Blood, Sweat & Tears make a Bad-Ass Graduate

Photo by Jonathan Daniels on Unsplash

It's so puzzling how when we're in High School we're so excited to be venturing into the world, going to varsity and finally having FREEDOM. What we didn't know on those days we were literally counting down the days to the start of first semester, was that varsity is no joke. It's endless trials and tribulations, going through depression, struggling to manage your money, going to groove, taking about an hour to motivate yourself to study for the exams and so much more. As individuals, we have our own stories of how University was/is for us. One thing we can all agree on is that Graduating is the BIGGEST accomplishment you can attain more so for black Individuals. The amount of challenges my brothers and sisters have to face to get that degree are countless.

This blog posts is focusing specifically on BLACK FEMALE graduates and the challenges they've faced in finally attaining their degree. These ladies are recent graduates, some have chosen to remain anonymous and others, not. This is in no way intended to scare you about varsity (if you're a high schooler) but is meant to give you an insider's perspective of what our fellow sisters go through and to give you the confidence that you too can and WILL make it.


Challenge Faced: " I fell pregnant in my first year, so many of my challenges came from that. I was scared of being judged, and I had to excel in all my school work to prove that being pregnant won't stop me from doing my best. "

Overcoming: "I overcame these challenges by focusing on myself, not minding how I was being looked at. I also had to put in extra hours when it came to my school work."

Word Of Advice: " To any young black female, please don't let anything stop you from obtaining your qualification. You can achieve anything you set your mind to!"


Challenge Faced: Graduating the first time around was a lot easier mainly because I was already an academic achiever and set my sights on getting into Honours at UCT. Working hard came naturally because I had determination. My Honours year, though, was a lot tougher. The challenges were more mental - I experienced Anxiety and Depression. I was overwhelmed not just by the physical space of UCT but by how I felt inadequate being there. I didn't feel like I belonged there even though my grades said otherwise.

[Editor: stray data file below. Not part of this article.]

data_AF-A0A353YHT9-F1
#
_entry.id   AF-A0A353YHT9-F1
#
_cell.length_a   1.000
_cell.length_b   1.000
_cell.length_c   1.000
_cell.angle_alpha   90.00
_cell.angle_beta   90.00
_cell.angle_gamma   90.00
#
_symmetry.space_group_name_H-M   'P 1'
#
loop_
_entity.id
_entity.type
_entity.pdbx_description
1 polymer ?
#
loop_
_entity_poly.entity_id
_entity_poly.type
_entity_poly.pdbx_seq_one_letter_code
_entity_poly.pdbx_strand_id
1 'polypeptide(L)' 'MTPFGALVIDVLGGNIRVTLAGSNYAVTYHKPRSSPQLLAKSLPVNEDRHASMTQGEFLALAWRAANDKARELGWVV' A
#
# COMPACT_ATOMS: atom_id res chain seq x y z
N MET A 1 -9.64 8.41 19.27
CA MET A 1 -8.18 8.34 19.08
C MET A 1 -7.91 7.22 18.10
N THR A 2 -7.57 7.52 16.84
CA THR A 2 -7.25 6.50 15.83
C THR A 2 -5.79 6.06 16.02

Overcoming: There were countless times I really wanted to quit and drop out. I'd take time away from campus just to try and regroup with myself but every time I went back to class, my Anxiety would come back. I had to learn healthier ways of managing this. I don't often speak out when I need help, but I needed to this time in order to save myself from falling apart in my head because my body was already suffering. So seeking help was a way I got to overcome the mental challenges I had. But most importantly, it was the decision I took to save myself for myself that helped me.

Word Of Advice: If you have to hear the hard truth about university, then let it come from me because I say this with all the love and experience; university is not easy, and it's not for everyone. You are entirely responsible for how the next 3, 4 or 7 years go during your varsity career. Do all the fun things that come with varsity life in your 1st year - you'll experience some big reality checks then. Choose your friends wisely. Don't ever compromise your health - the degree will always be there no matter how long it takes you to finish, but you need to be whole and okay when you eventually finish that line.


Challenge Faced: Financial hurdles. I thought everything was in check until this year when I had to register for Postgraduate studies. There was a mix up between DHET grant and my bursary and I got a hell of a run around for about two weeks. Grad season came through and the preparation was super expensive. I didn’t expect it to be that expensive but it was.

Overcoming: Look for part time jobs on campus and outside of campus. Tutoring and Customer service were saviors. I learnt how to do nails and offered nail services, this hustle financed me throughout my final year.

Word Of Advice: First of all choose a degree that highlights your strengths. Learn to take care of your mental health. Mind your own business and focus on making the best possible well-rounded version of yourself.

No doubt that uni is an exciting time of our lives but also a tie where we sometimes learn lessons the hard way, are figuring ourselves, who we are out and  a time where many of us first encounter depression/anxiety. Hopefully these three young inspirational women have inspired you to persevere in getting your degree and to have realistic expectations of uni - for those that are in high school. 

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